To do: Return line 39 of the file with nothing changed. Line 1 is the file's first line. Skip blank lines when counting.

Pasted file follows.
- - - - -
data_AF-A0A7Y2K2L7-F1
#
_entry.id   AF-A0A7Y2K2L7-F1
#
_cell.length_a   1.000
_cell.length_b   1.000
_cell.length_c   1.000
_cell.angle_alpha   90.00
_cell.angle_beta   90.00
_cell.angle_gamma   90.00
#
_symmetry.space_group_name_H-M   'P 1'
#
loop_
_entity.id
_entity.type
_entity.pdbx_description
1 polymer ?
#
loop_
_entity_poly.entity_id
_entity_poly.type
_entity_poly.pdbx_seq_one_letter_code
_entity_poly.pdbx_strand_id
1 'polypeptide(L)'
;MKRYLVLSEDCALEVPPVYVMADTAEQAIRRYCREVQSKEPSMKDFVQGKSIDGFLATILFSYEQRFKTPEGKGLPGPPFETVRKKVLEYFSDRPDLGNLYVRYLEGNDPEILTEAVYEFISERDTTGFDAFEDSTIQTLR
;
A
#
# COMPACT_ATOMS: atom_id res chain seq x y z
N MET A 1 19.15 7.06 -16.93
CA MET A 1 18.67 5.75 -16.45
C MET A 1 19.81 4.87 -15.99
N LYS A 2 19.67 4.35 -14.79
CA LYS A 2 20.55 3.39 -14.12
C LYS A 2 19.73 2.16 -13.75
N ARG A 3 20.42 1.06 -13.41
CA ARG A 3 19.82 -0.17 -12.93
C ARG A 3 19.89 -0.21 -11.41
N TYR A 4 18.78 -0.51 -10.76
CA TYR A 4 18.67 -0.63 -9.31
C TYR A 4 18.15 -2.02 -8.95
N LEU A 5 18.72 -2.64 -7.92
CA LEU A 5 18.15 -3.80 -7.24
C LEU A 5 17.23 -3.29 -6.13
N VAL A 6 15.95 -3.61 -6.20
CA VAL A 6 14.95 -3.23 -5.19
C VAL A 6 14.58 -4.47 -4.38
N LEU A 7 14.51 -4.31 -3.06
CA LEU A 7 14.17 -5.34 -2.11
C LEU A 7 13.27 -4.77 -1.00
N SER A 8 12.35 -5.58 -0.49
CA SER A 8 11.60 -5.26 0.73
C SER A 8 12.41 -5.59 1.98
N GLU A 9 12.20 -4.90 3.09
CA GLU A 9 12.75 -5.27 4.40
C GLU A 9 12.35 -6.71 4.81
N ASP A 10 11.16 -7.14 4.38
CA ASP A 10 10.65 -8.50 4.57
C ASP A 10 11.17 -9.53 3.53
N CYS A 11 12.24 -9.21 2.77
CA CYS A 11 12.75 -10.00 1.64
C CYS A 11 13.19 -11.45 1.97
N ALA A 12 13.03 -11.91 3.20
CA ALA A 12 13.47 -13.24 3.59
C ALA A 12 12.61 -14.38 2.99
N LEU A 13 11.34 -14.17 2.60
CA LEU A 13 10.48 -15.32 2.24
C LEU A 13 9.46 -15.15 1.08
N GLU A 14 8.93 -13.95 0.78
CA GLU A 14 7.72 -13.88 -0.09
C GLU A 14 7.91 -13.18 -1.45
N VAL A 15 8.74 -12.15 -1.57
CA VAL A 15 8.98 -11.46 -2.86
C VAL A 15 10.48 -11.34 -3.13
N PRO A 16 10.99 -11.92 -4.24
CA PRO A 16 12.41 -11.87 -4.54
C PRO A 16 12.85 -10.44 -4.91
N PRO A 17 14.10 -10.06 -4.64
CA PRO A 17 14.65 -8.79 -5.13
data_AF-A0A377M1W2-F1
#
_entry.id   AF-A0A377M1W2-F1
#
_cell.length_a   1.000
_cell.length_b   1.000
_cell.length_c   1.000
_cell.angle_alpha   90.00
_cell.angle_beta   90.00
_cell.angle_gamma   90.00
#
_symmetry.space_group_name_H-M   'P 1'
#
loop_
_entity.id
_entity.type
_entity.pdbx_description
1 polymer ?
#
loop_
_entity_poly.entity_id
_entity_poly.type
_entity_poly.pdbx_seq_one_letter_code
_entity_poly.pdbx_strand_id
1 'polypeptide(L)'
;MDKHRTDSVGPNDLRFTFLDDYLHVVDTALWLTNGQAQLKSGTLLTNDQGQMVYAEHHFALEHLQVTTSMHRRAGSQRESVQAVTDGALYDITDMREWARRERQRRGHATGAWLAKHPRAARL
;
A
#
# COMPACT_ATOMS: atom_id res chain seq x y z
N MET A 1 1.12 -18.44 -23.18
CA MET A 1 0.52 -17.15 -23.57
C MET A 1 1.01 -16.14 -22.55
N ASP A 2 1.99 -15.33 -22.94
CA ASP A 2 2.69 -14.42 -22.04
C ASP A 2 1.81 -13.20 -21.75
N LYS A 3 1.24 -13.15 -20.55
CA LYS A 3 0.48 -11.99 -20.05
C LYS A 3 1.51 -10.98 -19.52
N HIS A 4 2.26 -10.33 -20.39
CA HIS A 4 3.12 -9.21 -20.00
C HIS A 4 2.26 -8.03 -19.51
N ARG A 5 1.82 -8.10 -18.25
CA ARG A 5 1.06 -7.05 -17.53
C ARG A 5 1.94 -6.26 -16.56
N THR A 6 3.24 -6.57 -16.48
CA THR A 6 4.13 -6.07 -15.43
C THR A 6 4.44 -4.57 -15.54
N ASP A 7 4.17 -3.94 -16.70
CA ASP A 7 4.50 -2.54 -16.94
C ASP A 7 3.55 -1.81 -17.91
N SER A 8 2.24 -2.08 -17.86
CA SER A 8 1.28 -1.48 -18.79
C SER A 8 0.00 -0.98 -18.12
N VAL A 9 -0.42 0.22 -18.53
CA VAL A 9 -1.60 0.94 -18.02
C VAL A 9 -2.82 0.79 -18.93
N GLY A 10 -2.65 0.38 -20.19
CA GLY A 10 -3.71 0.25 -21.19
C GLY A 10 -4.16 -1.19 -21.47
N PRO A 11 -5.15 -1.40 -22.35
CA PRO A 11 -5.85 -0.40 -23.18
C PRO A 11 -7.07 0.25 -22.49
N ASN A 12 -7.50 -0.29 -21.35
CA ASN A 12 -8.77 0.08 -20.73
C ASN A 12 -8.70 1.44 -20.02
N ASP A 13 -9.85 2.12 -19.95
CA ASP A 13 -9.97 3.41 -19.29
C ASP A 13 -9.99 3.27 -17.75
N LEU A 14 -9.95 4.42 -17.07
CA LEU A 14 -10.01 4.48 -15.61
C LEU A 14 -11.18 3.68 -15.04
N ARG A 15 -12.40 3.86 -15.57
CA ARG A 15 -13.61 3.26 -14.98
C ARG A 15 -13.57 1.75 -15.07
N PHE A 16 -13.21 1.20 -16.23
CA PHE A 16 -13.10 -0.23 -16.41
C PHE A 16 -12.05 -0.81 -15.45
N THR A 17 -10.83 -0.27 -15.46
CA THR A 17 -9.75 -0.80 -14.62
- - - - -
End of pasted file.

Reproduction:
C ARG A 3 19.89 -0.21 -11.41